PokéPawns: generic-use pokemon game pieces

by ransoing, published

PokéPawns: generic-use pokemon game pieces by ransoing Apr 24, 2017


Replace regular board game pawns with PokéPawns in a wide variety of games!

Tired of the thimble and wheelbarrow in Monopoly? Use Squirtle and Bulbasaur instead. Don't like the cut of Colonel Mustard's jib? Let Pikachu wander through the mansion in his place. Fancy a change of pace in Betrayal at House on the Hill? Subject a squad of Pokemon to the inevitable haunting instead of the regular crew.

These pawns are close to the size of regular pawns, so they should work well in a variety of games. Dimensions in the .stl files are in millimeters.

Printable with a single-extruder printer. Superglue required.

The pawns can be locked into place in the box. The base of the pawns are slightly elliptical, and so are the holes in the box; insert the piece into the hole and give it a small twist. This will tighten the piece into place.

Thanks to the designers who made these fantastic low-poly models.


Before printing all the pieces, print base-lock-test to make sure the piece-locking mechanism will work with your printer settings, and to figure out how big to print the base for each piece. If you can rotate the cylinder freely inside the hole, you'll need to print the base slightly larger. If you can't fit the cylinder inside the hole at all, you'll need to print it smaller. The goal is to be able to fit the cylinder into the hole (some twisting may be required to find where it inserts), then twist it a bit to lock it into place.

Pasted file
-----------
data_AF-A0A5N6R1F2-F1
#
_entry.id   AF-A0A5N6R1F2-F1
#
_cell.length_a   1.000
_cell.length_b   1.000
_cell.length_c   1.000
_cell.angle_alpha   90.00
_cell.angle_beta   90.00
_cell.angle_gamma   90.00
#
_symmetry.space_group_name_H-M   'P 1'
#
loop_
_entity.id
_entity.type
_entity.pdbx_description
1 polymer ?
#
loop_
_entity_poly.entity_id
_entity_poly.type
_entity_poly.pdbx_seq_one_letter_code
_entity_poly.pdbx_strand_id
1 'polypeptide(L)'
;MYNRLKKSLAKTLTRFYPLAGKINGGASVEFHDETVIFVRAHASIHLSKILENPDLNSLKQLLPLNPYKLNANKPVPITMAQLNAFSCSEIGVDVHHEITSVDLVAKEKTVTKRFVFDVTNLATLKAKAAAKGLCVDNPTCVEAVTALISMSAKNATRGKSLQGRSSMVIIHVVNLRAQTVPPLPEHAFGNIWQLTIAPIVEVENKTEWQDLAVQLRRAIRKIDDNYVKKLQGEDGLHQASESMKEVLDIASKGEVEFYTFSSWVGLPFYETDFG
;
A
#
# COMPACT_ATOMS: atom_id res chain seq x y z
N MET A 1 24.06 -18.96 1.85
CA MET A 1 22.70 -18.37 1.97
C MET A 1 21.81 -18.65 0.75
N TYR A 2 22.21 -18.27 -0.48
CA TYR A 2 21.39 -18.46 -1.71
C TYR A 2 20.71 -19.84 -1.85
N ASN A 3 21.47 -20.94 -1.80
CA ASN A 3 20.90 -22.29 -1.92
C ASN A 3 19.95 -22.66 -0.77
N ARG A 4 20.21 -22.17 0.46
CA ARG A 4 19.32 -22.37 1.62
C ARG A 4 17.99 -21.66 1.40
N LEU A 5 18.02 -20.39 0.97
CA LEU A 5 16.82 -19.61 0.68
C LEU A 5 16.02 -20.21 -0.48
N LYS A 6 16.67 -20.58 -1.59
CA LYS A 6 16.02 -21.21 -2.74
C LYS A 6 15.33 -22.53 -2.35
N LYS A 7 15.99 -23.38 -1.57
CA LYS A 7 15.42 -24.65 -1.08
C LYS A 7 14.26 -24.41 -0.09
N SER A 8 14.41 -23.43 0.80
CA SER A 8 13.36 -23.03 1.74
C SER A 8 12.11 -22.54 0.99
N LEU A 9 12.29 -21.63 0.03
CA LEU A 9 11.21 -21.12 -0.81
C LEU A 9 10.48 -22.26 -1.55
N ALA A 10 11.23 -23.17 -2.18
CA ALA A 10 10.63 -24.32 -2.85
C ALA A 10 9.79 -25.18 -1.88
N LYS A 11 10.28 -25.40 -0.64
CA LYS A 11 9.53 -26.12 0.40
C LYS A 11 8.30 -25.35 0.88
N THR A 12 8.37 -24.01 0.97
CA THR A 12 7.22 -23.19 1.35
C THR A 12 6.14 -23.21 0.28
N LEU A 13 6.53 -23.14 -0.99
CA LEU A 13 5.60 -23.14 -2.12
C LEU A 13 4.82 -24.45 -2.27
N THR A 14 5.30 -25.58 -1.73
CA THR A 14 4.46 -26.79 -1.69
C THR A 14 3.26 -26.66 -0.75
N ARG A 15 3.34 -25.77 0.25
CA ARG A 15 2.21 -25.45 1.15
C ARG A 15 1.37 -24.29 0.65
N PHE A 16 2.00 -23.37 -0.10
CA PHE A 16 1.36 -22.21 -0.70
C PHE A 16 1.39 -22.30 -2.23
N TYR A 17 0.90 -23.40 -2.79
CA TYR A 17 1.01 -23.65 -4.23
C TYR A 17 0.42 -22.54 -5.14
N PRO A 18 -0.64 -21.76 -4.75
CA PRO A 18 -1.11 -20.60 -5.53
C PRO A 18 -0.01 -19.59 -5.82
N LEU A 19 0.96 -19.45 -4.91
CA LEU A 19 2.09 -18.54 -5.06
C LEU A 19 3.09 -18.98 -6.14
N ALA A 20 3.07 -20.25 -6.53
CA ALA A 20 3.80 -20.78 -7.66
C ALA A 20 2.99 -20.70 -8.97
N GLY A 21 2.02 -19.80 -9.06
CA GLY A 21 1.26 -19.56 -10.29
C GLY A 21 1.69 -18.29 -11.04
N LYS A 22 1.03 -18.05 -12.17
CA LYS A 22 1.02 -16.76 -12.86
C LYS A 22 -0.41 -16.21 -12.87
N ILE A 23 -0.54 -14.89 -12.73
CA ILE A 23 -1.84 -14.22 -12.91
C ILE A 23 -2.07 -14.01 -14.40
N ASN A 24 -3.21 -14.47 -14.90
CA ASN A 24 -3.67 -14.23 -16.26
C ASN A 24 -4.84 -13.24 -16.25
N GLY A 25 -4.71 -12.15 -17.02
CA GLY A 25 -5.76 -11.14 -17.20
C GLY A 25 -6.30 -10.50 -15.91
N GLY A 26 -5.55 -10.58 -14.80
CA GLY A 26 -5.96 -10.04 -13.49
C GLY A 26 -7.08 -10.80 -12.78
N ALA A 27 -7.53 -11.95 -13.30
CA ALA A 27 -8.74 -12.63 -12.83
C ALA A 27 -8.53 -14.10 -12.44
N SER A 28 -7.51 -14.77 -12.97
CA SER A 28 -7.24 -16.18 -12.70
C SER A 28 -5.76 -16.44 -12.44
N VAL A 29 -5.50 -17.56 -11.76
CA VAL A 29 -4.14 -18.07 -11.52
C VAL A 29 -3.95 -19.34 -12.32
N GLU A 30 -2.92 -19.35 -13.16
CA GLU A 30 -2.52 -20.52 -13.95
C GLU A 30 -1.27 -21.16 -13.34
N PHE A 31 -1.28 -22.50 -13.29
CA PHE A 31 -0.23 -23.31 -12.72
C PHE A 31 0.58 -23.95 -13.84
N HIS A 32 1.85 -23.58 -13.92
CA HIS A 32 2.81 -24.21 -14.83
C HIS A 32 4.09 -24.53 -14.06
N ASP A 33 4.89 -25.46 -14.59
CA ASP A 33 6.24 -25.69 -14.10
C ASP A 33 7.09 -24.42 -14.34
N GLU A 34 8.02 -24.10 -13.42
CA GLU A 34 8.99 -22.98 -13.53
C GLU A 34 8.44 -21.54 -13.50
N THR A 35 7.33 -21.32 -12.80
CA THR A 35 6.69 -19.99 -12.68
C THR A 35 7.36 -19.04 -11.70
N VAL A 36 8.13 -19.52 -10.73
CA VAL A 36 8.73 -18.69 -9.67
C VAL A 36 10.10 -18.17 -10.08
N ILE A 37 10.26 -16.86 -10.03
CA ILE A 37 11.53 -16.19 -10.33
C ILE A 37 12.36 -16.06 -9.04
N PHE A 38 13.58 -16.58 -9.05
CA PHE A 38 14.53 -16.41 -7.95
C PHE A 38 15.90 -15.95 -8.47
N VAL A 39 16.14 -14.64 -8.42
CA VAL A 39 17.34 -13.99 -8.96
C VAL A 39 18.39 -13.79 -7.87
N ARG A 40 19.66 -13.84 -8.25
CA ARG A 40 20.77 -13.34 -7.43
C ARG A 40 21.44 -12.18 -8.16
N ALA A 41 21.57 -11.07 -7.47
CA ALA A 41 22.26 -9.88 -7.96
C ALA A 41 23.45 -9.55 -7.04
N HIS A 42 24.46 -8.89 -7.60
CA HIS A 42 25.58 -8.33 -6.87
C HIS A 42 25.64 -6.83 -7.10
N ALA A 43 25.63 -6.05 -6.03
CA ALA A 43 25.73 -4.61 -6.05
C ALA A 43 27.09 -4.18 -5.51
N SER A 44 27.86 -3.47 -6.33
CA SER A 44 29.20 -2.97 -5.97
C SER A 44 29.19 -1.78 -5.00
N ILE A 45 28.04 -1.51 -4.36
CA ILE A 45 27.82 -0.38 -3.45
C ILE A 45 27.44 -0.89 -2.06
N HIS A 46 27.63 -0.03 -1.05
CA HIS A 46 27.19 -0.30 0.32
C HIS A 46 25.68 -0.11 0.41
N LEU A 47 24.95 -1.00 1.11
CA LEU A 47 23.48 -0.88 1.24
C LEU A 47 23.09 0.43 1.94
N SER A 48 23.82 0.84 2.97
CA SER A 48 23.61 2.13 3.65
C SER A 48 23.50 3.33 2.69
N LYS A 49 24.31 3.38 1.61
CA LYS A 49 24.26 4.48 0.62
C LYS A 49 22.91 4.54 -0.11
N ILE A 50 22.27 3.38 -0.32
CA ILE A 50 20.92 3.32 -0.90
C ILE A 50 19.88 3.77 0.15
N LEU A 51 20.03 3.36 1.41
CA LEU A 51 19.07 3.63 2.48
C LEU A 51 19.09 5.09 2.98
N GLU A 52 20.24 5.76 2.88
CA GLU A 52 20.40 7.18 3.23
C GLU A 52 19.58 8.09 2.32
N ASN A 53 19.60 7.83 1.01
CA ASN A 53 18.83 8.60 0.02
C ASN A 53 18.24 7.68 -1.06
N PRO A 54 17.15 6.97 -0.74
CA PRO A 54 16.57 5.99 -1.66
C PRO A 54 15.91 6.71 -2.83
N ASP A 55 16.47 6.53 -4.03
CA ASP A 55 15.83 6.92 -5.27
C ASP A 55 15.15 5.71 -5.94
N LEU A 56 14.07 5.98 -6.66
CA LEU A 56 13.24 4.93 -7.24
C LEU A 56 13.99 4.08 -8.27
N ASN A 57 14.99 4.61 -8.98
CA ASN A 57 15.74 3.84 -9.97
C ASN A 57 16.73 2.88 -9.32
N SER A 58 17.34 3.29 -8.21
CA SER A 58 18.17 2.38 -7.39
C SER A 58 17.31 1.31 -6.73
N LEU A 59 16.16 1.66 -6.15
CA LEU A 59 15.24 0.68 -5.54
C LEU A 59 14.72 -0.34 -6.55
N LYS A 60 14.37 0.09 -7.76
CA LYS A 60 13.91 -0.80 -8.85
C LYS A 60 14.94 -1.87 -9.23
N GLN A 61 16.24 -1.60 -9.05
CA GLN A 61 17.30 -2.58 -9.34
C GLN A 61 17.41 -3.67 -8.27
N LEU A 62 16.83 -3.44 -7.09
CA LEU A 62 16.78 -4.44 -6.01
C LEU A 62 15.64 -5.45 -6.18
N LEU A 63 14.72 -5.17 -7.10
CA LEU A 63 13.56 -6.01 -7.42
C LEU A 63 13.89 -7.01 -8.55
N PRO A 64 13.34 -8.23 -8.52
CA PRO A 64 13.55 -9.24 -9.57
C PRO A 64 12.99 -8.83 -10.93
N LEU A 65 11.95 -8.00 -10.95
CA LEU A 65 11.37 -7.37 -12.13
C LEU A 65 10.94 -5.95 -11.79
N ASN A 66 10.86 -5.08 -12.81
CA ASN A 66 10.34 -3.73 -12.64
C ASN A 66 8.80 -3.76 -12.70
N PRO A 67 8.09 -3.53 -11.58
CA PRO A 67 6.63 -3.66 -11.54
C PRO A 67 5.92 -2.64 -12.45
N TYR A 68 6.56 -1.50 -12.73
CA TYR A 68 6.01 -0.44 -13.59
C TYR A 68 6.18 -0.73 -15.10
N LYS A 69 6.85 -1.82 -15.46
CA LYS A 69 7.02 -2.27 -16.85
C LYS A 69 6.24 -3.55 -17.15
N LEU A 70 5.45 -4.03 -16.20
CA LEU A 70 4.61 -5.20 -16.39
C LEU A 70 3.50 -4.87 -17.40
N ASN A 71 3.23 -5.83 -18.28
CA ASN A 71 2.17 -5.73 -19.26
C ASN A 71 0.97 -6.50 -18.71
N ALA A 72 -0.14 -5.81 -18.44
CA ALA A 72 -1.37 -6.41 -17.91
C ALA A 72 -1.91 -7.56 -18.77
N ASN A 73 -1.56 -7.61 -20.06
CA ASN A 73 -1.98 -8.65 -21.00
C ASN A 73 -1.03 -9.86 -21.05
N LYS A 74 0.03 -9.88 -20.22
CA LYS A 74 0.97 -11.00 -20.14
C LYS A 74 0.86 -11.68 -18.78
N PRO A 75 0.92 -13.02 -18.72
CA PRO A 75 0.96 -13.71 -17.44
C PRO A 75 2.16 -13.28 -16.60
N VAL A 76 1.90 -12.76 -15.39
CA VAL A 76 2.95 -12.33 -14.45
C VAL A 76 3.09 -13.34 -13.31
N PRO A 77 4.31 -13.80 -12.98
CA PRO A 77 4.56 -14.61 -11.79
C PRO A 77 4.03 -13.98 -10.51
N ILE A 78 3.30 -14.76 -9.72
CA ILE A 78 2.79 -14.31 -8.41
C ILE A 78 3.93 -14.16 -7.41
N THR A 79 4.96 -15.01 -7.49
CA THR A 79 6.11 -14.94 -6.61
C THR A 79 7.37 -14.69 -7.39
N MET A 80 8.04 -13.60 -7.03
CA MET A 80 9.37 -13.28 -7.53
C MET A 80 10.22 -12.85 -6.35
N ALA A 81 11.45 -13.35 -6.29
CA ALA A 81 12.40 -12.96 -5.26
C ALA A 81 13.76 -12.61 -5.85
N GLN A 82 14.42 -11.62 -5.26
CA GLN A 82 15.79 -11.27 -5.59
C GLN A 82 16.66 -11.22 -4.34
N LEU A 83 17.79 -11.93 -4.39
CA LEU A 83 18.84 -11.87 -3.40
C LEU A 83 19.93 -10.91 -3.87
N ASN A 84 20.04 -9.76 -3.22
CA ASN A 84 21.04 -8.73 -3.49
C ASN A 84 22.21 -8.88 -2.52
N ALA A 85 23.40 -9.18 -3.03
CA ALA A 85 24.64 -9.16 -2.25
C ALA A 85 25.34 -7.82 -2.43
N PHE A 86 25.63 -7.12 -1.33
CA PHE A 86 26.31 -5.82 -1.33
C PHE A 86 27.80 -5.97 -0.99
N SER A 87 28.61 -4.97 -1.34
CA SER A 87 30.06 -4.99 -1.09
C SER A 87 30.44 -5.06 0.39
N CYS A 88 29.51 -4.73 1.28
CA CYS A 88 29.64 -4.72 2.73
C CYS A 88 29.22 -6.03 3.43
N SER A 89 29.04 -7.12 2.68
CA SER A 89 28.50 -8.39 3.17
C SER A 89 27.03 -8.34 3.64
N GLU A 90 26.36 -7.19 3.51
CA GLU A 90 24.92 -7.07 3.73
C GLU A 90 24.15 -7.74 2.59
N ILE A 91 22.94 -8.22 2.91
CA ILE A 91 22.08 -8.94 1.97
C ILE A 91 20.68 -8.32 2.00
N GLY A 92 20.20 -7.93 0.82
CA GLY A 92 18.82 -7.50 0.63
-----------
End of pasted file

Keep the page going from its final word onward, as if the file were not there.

Print one of each of the pokemon, and six of the bases (resized if necessary, as determined by the test above). At this size, mew's tail looks much better when printed with supports.

Print two of pokeball-half---one in white, one in red.

The tab that keeps the box closed is more prone to breaking off when printing the entire box as one piece, since the tab is built up vertically. You can risk this by printing box, or you can create a stronger tab by printing box-no-tab and tab-only, then gluing the tab onto the box. After printing the box, a small amount of force may be required to get the hinges to move freely. Use your fingernail to break of the supports inside the tab hole on the front of the box.

Use superglue (Loctite Superglue Ultra Gel Control works great) to attach the pokemon to the bases, and to attach the the pokeball halves to the lid of the box--they fit into the holes in the lid from the inside of the box.

Paint some eyes on the pokemon to give them a bit of life.

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can you add a base to all the figures

you should make the box version for amiibo

Hi do any of these prints need support

Mew's tail needs a bit of support but there's a model with the support structures included.
Other than that I think they all print great without support.

Does it print this the black thing

Yes but its a seperate file, they dont come with it attached

Cool can you make more

Other users in the community designed the Pokemon models. Just search for "low poly Pokemon" and you'll find more.

Nice. But where's Psyduck?

so cool! me and my brother printed charmander,gengar and bulbasar.At normal quality they printed in 15 minutes.Adorable!!

I really like your detailed instructions!